Azure Durable Functions is a convenient way to create workflows in the cloud. "Pay as you go" is the perfect type to leave the scaling to the cloud while not paying anything if there's no work to do.
According to this, Linux Consumption Plans have a cold-start-time which is less than 50% of a Windows Consumption Plan. Therefore, one has to wait less time until the function wakes up when cold starting.
Here are the steps with Azure CLI:
- Create a Functions App. Be aware, that .NET 5.0 and isolated process does not support Durable Functions. In this case you have to set "netcoreapp3.1" as your TargetFramework in the csproj File.
If you want to keep it simple to create such an app:
func init funcapptest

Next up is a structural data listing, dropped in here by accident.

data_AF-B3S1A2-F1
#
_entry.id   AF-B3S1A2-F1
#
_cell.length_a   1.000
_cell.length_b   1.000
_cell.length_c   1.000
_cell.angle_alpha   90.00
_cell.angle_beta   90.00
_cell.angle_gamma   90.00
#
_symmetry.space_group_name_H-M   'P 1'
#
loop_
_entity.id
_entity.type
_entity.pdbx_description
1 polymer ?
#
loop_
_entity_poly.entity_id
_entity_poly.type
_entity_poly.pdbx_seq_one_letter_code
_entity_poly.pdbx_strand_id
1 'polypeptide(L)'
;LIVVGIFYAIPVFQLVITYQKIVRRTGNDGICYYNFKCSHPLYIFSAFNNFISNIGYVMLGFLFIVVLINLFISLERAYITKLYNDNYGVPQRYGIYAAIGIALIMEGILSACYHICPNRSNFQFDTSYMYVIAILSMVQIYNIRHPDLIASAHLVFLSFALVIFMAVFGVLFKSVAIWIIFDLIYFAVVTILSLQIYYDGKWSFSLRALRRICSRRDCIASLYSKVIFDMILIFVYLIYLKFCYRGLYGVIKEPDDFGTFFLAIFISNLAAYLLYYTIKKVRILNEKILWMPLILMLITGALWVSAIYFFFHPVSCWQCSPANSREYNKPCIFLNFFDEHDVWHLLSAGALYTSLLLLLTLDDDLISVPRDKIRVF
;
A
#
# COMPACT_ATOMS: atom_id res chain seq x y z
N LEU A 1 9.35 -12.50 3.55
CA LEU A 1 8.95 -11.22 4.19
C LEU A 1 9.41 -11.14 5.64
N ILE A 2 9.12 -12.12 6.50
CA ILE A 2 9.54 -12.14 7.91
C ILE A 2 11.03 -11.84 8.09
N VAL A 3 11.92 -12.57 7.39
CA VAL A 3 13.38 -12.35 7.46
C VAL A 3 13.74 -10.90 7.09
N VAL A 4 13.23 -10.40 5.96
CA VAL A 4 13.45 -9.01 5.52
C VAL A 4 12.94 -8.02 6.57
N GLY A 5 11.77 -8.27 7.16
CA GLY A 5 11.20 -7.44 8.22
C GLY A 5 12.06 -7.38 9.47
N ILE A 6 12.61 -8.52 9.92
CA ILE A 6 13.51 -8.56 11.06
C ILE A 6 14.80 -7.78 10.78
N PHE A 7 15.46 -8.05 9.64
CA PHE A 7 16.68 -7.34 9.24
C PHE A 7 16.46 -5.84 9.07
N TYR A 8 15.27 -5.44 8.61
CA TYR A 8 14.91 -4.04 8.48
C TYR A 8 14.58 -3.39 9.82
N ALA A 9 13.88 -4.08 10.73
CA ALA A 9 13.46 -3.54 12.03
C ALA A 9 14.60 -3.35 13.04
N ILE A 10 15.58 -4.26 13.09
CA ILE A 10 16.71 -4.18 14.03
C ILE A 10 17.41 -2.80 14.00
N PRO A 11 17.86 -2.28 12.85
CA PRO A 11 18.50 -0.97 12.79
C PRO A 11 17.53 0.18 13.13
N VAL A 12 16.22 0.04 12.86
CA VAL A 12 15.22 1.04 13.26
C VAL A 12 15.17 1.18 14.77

func new --name MyHttpTrigger --template "Http Trigger"
- Create a Resource-Group:
az group create --name "some_resource_group_name" --location "westeurope"
- Create a Storage-Account:
az storage account create --name some_storage_name --location westeurope --resource-group some_resource_group_name --sku Standard_LRS
- Create th Function-App:
az functionapp create --resource-group some_resource_group_name --consumption-plan-location westeurope" --os-type Linux --name some_functions_app_name --storage-account some_storage_name --runtime dotnet
- Deploy the Function-App:
func azure functionapp publish some_functions_app_name --csharp
While most of the commands seem quite naturally and understandable, there is the --consumption-plan-location on the Create-Function command which must not be missing, otherwise it just does not work. There is no error message, there are no logs.
The name of the Consumption Plan cannot be set if deployed by Azure CLI. It is automatically concatenated out of the Location and the OS-Type.